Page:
Essential oils are highly aromatic and volatile. You can paint your light bulbs with them, for example, sprinkle your linens with them, or apply them to the skin during massage. They are not meant to be taken internally.
Some aromatherapy claims are truly extravagant: that essential oils can fight bacteria, boost immunity, alleviate arthritis pain, and (applied topically) cure herpes and shingles. The right scents or combinations of scents are said to induce sleep or a sense of well-being. Essential oils, rubbed into the scalp, are promoted for hair restoration. Youll hear enthusiastic testimonials, but scientific confirmation of such claims is scanty or nonexistent.
However, most proponents of aromatherapy dont promote it as a cure for anything, but merely allude to healthier states of mind, for instance, or coaxing the mind and body into harmonious balance. Its easy to show that lavender oil wont cure herpes, but hard to demonstrate that it has, or doesnt have, psychological effects.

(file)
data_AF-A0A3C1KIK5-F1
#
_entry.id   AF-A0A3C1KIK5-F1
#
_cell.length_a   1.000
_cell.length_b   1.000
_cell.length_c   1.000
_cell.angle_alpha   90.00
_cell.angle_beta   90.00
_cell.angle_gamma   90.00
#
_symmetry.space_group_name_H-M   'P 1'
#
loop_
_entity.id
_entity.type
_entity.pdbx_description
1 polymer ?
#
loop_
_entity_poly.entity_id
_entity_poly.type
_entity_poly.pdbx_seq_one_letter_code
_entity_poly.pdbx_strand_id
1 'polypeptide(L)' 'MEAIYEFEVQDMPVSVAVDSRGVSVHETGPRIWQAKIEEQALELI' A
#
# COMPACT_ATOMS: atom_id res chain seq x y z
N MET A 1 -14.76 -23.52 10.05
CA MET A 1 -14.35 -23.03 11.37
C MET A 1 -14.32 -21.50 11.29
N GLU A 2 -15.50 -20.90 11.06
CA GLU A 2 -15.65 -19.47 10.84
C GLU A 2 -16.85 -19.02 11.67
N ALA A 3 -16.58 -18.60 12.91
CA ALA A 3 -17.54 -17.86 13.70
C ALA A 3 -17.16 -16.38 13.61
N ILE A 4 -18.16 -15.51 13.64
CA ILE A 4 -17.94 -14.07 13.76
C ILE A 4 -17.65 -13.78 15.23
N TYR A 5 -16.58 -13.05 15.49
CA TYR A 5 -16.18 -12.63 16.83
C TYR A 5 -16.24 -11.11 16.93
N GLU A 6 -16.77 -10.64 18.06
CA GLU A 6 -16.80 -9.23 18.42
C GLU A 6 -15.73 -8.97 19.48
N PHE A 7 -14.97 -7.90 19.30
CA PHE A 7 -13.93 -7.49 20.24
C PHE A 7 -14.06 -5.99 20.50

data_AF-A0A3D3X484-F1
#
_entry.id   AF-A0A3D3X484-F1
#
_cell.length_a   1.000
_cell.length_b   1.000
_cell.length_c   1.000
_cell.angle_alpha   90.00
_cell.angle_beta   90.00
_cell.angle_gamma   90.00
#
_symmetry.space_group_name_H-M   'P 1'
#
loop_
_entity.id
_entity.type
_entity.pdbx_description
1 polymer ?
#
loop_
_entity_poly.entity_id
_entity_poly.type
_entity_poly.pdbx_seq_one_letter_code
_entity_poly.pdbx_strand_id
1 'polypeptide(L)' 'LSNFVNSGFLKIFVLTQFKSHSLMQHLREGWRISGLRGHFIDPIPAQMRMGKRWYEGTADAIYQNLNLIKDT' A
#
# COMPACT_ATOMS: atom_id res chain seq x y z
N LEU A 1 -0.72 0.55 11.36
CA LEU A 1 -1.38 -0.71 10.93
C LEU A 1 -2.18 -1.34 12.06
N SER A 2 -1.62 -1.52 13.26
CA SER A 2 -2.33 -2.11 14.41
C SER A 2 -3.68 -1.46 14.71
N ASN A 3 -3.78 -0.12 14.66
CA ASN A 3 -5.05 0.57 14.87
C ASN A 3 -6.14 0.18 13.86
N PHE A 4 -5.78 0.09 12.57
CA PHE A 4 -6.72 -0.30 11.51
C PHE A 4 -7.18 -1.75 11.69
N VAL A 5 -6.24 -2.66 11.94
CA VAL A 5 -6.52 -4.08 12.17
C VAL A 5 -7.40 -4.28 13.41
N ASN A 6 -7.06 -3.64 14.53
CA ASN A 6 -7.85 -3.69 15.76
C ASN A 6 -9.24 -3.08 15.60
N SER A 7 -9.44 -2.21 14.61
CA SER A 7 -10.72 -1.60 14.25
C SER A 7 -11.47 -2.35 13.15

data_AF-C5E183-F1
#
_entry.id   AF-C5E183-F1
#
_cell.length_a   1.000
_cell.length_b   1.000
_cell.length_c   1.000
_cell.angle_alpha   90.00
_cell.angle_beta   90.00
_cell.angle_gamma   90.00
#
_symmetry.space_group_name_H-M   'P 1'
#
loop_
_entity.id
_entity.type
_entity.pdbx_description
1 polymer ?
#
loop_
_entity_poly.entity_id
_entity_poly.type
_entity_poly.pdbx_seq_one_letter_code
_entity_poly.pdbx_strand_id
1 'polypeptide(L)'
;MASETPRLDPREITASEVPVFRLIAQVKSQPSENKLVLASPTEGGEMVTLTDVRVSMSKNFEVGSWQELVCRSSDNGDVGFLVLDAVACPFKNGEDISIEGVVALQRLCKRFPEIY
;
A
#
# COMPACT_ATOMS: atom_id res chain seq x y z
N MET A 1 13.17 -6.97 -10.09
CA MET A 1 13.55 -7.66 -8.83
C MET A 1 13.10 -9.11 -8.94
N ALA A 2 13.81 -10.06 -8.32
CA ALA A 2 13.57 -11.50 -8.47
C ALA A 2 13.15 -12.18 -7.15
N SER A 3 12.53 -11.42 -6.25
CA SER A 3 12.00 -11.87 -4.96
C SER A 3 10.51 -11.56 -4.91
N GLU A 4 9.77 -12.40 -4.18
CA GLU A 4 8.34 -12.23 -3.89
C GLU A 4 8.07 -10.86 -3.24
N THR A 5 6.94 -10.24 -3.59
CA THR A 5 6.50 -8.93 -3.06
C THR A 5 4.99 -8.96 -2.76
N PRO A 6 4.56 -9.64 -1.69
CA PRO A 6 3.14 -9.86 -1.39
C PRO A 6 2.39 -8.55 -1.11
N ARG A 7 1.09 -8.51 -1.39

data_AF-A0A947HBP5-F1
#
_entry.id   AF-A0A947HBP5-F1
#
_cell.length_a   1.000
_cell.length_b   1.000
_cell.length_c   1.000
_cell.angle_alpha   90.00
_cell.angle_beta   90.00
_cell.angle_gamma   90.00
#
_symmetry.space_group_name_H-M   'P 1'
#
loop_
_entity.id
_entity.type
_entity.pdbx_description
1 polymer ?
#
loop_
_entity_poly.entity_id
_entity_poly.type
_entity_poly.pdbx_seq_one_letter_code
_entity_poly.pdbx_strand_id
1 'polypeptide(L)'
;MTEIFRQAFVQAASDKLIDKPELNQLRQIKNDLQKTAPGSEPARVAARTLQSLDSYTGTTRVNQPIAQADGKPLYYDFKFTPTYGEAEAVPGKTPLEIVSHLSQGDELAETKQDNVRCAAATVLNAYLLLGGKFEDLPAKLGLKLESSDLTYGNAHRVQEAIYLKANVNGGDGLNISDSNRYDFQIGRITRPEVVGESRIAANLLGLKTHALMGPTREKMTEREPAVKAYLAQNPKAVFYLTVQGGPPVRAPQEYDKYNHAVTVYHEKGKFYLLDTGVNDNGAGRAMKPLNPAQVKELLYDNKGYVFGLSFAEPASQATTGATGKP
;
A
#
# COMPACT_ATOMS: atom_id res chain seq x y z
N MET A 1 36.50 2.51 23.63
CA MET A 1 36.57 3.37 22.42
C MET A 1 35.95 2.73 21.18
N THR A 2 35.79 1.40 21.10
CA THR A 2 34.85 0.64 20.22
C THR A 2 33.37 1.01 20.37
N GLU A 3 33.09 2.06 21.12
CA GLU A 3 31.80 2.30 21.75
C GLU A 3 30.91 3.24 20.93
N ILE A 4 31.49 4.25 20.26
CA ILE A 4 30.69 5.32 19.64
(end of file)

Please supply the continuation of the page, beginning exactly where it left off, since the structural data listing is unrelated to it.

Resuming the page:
A matter of preference
Reactions to scents are highly personal. If you think that dabbing lavender oil on your pillowcase improves your mood or helps you sleep, theres no need to wait for a clinical trial funded by the National Institutes of Health.
Some essential oils are toxic if swallowed, or can cause skin irritation. Some people feel ill after inhaling them or are allergic to fragrances. Indeed, the trend in cosmetics these days is fragrance-free.
If you want to experiment with essential oils, remember this:
* Dont swallow them or allow them to get into your eyes.
* If you have a skin disorder, dont apply them to your skin.
* If you have epilepsy, dont use oils of sweet fennel and rosemary, which are said to induce seizures. This may not be true, but dont chance it.
* Smells cant cure or prevent diseases.